This trio was placed in charge of the engine at the first project meeting on November 19, 2020, and so began their restoration work on the S-type engine from the Toyota Automobile Museum.

Suzuki was chosen to lead the engine team.


I was appointed engine team leader at the first meeting since there were no other members from an engine design division. It was a great honor, but the pressure was growing as the project moved ahead, partly because all the people around me were more experienced. I was told that the team was made up of younger members, so I expected there would be others who had joined Toyota the same year I did, but I was the only one.

The engine team’s goal was to achieve an output above 30 horsepower. This would put it above the 27 hp rating of the first S-type engine model, the Toyopet SA passenger car, and closer to the 33 hp of the last car powered by that engine, the first-generation Toyopet Corona. Figuring that anyone could make the engine simply run, the team set themselves the more ambitious restoration goal of improving on the original.

“Chasing 30 hp.” That was the goal that put the trio’s journey in motion.

Master Craftsman’s passionate guidance

The engine team had a reliable partner in Shinmei Industry, a Toyota partner company established in 1949.

Shinmei is involved in automobile maintenance, specialist vehicle production, new model prototype development, and making equipment and molds for car manufacturing plants. Their work also includes restoring historic cars at the Toyota Automobile Museum, just like the Toyopet Model SA.

Minoru Ishikawa, who led Shinmei’s restoration division and now serves as an advisor to the company, offered instruction for the team. Ishikawa is a legendary mechanic in the world of historic cars. The 83-year-old began working at the age of 15, giving him nearly seven decades of experience. Ishikawa was awarded a Medal with Yellow Ribbon by the Japanese government and is recognized as a Contemporary Master Craftsman in the field of automobile maintenance.

Minoru Ishikawa, Shinmei Industry advisor, guided the engine restoration.

The restoration work began with disassembling the stored engine down to every single bolt and seal. Each part was checked thoroughly to determine its condition and figure out how to make it suitable for reuse.

Unlike Ishikawa, who experienced the S-type engine’s history in real-time, the three members were seeing it for the first time.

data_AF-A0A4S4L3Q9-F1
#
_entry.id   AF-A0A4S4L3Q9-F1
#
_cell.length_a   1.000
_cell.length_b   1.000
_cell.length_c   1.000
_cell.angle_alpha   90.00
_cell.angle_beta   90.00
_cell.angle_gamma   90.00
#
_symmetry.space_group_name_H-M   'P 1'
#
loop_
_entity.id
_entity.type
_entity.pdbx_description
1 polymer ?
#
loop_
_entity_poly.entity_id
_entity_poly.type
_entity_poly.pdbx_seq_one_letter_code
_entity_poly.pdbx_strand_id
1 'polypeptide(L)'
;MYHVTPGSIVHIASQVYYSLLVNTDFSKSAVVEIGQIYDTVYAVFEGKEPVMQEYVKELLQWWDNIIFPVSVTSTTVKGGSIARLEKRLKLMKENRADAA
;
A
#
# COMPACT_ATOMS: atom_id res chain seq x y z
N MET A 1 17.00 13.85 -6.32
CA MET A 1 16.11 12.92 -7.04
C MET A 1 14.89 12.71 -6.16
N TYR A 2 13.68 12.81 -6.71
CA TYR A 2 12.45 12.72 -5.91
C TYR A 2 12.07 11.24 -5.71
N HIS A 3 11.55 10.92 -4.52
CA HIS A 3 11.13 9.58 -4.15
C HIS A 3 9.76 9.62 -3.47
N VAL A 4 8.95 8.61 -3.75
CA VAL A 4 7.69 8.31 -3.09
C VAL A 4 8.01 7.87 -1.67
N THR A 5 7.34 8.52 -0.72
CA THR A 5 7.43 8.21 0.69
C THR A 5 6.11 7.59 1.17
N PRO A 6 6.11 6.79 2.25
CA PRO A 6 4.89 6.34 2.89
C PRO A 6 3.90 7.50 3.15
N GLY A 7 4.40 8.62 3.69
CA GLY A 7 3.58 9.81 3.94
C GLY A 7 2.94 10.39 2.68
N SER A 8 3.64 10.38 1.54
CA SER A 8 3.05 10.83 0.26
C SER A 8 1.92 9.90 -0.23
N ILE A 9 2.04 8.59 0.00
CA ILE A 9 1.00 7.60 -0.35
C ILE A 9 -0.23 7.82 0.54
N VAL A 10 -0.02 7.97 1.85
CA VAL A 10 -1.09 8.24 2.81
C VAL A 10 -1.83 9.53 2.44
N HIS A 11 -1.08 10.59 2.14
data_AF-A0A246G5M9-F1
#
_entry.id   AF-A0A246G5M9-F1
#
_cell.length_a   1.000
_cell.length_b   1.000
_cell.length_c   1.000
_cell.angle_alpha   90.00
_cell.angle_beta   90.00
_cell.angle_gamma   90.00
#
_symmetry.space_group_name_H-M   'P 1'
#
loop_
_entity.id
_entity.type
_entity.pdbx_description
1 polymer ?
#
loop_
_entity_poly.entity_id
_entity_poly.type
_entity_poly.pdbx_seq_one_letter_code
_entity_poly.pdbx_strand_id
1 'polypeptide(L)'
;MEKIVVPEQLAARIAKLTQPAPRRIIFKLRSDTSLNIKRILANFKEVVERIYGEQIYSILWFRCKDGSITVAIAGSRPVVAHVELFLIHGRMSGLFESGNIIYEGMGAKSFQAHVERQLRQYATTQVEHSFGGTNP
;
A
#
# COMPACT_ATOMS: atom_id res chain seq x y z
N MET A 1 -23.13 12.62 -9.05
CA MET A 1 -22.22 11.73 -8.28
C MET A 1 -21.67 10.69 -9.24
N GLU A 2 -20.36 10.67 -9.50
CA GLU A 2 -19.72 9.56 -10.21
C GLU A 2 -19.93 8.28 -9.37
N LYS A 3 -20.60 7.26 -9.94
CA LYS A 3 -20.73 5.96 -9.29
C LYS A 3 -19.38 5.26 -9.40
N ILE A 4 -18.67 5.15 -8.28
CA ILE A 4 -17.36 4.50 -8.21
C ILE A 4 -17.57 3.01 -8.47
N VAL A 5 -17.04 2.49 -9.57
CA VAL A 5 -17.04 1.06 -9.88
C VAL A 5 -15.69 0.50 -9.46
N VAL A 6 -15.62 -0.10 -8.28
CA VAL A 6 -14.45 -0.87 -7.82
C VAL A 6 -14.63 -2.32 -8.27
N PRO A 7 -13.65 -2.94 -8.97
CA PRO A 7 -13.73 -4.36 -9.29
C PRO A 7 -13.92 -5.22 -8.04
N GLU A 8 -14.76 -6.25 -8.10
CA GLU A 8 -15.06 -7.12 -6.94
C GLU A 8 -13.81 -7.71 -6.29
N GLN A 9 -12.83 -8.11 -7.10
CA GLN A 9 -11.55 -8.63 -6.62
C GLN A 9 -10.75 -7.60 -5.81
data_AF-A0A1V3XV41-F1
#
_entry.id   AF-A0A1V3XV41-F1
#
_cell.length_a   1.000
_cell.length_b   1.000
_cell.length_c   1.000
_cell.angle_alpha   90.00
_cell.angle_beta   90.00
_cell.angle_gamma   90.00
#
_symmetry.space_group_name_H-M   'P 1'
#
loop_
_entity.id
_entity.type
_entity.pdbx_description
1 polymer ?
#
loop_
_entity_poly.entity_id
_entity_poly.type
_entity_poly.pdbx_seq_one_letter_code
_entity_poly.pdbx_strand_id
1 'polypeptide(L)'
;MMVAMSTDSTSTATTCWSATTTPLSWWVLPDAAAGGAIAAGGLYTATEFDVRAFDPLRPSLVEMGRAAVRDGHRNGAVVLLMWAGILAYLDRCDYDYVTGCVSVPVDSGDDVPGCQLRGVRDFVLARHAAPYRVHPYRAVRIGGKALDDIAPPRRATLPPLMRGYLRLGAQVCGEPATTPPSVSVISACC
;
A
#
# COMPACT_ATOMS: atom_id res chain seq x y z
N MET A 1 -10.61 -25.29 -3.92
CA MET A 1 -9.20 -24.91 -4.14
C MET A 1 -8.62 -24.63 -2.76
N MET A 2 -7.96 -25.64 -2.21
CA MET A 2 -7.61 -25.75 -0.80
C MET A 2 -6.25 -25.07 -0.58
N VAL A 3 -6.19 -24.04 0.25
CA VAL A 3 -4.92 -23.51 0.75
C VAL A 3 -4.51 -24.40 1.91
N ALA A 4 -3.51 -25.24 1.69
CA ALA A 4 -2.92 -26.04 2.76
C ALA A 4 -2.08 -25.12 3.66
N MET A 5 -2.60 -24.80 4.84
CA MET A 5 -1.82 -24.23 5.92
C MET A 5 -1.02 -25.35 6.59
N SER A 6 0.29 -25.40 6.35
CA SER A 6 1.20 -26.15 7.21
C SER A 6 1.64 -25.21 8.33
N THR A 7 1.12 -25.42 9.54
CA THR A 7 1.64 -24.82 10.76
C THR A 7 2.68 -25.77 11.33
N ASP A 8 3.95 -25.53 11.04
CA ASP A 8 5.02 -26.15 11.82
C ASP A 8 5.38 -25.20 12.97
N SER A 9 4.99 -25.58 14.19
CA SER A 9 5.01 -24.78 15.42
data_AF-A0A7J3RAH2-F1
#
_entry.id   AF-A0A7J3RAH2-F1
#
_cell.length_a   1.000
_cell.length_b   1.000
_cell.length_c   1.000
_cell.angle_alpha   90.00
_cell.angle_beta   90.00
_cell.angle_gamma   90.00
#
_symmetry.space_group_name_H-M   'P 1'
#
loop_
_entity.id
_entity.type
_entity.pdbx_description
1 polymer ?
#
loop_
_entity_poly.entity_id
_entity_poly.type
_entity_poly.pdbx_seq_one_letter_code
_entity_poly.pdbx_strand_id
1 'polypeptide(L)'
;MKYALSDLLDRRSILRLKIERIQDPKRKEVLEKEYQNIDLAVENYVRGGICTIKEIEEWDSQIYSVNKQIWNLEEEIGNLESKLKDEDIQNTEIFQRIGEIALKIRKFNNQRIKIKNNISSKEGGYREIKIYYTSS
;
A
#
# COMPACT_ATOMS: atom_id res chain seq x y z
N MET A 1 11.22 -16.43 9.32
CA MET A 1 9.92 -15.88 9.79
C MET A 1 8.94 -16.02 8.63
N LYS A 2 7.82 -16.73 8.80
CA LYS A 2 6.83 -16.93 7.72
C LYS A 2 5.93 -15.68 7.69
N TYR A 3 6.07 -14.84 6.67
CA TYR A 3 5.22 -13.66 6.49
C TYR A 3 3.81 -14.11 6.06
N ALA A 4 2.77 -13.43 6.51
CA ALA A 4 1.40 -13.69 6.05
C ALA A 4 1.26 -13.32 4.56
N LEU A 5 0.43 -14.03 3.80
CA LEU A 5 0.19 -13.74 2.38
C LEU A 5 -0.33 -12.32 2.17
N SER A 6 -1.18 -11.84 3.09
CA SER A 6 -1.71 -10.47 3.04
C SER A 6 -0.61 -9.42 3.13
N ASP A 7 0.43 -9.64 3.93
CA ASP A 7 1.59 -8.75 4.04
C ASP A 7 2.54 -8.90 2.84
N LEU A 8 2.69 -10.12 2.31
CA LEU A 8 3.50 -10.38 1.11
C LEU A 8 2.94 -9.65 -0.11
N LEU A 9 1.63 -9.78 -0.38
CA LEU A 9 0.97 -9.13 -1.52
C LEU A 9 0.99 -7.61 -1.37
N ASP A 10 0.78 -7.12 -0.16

I had never disassembled a side-valve engine before. Compared to modern engines, there were far fewer parts, so the disassembly didn’t take much time. Despite some rust, the moving parts were in surprisingly good condition. I thought this would work.


First of all, I had no idea what a side-valve engine was, so I didn’t understand the design of each part. In a regular engine, the cylinder head is quite thick because it houses the valves, but in a side-valve setup the head is very thin, which really surprised me.


Even though I work for an automobile company, I had never experienced taking apart or assembling an engine, so I was impressed by seeing the structure of an engine and learned a lot.

The disassembled S-type engine

Working with another discovered engine

Soon after disassembly work got underway, the team was blessed with a major windfall: they found another S-type engine. They could use the unit as a guide in restoring the disassembled engine.

Shinmei Industry had restored historic cars for Leaders II, a television drama that aired in March 2017 and was based on the life of Kiichiro Toyoda, Toyota Motor Corporation’s founder. Fortunately, Shinmei still had an S-type engine restored for the filming in storage. The members dubbed the engine “Leaders” after the drama, and the original one as “Suzuki” after the team leader.

Two S-type engines undergo restoration work side-by-side in Shinmei’s workshop.

Certain engine components had to be taken apart very carefully; if the disassembly went wrong, they could never be put back together. The trio carefully dismantled the engine under Ishikawa’s guidance. Once that was complete, the next step was to clean and polish any usable parts.


Mr. Ishikawa and other Shinmei staff taught us techniques for cleaning and polishing parts for reuse. Each part had lots of rust and dirt since the engine had been stored for a long time. Much of our time was spent cleaning and mending parts.

Despite the increased work with the introduction of a second engine, the trio worked together to disassemble, check, and clean components.

The next article introduces restoration work in action.

(Text: Yasuhito Shibuya)